So either you have been out of the exercise world for a little while and need help getting back in or you are working out but not seeing the it time to hire a trainer?  It just may be.  The trick is figuring out where to go and who to talk to about training.  If you already belong to a gym or health club, talk with the owner or club director and get some general information about their training (i.e., price, packages, trainers).  If you don't already have a membership somewhere, ask your friends and coworkers where they go or who their trainer is.  Visit several facilities before you make your final decision so you can look at location, gym atmosphere, and type of members. 

Once you narrow down facilities and are comfortable with the gym hours, location and atmosphere, you will need to determine if they have the trainers who will help you reach your goals.  Make an appointment with the training director to obtain more details about their trainers.  Find out background information about the trainers such as degrees and certifications.  Ladies, if you prefer to work with women, ask how many trainers are female.  The training director should also be asking you questions about your goals, health history, motivation and confidence levels, and, most importantly, what brought you into their club/facility.
If the training director determines the appropriate trainer for you, ask to meet with that person before signing any contracts.  Just because the director deems a trainer is "fit" for you doesn't mean you will feel the same way.  Ask the trainer about their training style.  If their personality is "boot-camp"-mentality and you shut down when someone is over top of you yelling and screaming for you to do more reps, that won't be a good fit.  Also, find out what their schedule is like...if they only have 5a and 6a appointments available and you are not a morning person, you probably will not be successful.  

Finally, if you have narrowed down the facility and the trainer(s), find out a little more about the specifics of the training commitment.  What is the cancellation policy for appointments?  What happens if you are not satisfied with your trainer?  Is there a money-back guarantee on their "promises"?  How long do you have to use the purchased sessions (i.e., expiration date).  Once you have all the bases covered, sign on the dotted line!!!!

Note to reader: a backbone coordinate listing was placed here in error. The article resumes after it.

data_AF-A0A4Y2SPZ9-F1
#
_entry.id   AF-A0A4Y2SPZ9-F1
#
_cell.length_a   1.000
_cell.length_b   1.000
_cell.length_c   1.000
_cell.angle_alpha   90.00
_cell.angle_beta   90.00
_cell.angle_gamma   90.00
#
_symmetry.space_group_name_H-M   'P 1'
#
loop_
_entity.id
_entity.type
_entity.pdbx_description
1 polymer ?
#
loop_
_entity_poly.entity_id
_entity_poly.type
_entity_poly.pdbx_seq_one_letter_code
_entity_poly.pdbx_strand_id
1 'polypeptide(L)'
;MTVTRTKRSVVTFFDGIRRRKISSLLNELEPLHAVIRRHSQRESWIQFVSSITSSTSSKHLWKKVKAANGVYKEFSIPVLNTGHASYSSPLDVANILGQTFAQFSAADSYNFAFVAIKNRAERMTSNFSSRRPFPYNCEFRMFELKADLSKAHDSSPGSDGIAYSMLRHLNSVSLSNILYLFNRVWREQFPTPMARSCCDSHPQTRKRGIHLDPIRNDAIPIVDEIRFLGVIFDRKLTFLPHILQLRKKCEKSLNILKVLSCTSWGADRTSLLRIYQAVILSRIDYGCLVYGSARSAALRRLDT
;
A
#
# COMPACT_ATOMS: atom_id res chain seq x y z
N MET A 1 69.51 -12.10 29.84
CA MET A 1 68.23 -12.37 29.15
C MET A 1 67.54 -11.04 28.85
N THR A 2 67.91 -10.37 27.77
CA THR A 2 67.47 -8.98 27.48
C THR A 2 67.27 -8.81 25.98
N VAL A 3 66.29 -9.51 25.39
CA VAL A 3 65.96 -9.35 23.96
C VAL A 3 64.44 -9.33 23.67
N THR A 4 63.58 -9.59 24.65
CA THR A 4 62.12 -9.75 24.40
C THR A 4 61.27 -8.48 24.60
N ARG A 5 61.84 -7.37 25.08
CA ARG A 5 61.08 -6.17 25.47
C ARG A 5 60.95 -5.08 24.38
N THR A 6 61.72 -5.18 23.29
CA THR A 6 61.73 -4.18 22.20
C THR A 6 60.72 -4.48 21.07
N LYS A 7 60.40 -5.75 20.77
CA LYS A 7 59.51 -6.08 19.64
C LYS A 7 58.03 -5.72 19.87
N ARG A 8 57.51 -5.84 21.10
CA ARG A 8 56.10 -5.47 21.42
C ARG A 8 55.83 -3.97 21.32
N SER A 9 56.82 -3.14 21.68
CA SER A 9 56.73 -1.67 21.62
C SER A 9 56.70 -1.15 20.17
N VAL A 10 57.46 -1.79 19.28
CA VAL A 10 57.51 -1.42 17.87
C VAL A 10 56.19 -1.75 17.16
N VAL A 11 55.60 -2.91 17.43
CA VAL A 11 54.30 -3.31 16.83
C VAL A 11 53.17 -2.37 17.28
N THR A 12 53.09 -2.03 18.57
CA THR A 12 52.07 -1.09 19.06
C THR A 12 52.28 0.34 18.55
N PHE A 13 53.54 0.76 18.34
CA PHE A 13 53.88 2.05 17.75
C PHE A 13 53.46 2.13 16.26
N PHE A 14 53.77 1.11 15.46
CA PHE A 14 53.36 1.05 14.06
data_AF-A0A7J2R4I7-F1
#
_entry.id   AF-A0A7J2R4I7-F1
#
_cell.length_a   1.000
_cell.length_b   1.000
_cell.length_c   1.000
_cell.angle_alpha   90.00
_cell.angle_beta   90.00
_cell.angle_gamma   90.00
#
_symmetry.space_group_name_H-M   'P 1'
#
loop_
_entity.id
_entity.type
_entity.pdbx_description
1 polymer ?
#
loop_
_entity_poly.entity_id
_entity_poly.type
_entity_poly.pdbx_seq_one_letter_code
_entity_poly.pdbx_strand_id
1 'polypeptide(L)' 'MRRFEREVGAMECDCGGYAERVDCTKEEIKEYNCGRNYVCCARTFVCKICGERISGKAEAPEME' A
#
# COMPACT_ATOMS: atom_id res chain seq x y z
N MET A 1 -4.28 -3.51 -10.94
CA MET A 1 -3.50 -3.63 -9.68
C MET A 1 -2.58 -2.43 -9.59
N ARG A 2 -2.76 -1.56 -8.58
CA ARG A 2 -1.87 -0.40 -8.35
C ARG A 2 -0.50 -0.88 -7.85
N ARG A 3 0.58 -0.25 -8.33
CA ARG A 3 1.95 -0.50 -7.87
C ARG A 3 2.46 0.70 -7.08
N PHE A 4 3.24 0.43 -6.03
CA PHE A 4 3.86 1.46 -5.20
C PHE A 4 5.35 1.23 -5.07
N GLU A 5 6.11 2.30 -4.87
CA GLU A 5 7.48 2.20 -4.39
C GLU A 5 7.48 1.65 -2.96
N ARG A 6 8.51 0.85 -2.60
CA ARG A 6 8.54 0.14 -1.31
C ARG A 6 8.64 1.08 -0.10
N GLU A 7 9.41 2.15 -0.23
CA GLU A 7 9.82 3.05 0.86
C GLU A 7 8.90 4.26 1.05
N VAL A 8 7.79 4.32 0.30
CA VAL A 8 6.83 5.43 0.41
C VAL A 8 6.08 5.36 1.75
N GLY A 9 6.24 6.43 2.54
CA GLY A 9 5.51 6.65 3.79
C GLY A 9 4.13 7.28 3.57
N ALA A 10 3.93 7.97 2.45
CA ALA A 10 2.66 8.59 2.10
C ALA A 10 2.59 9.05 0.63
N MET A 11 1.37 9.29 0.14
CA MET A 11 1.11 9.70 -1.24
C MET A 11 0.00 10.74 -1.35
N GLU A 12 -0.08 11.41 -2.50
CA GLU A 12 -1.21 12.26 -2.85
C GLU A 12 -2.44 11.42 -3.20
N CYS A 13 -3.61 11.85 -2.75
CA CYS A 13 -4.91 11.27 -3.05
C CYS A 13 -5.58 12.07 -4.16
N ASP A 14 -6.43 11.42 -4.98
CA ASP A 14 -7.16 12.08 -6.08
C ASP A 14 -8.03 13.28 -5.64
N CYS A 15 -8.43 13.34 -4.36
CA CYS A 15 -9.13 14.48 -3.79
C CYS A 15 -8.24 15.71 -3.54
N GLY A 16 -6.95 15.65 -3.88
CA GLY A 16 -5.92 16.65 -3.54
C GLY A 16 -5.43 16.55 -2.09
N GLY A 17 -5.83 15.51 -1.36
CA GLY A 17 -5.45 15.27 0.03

A trainer can help motivate and push you to reach your goals.  Can't afford a package with many sessions?  Ask about purchasing just one or two sessions to give you the guidance you need to spice up your workouts.  PROMATx Health Club has the trainers to help you.  Come in and talk to Brad Covington, owner and training director, and find out how we can help you get on track and reach your goals.

Monday, December 19, 2011

Sleep Hygiene...How's Yours??

How are your sleep habits?  Do you get sufficient, quality sleep?  According to the Centers for Disease Control (CDC), approximately 25% of Americans are sleep deprived.  In today's society, being "on the go" 24/7 is taking its toll on people.  Sleep deprivation affects more than just how you feel...mental cognition is lower; growth hormone secretion is lower which can lead to weight gain, hypertension and cardiovascular problems; increased risk of drowsy driving; increased risk of injury.  The signs of sleep deprivation are there but do you know how to improve your sleep habits?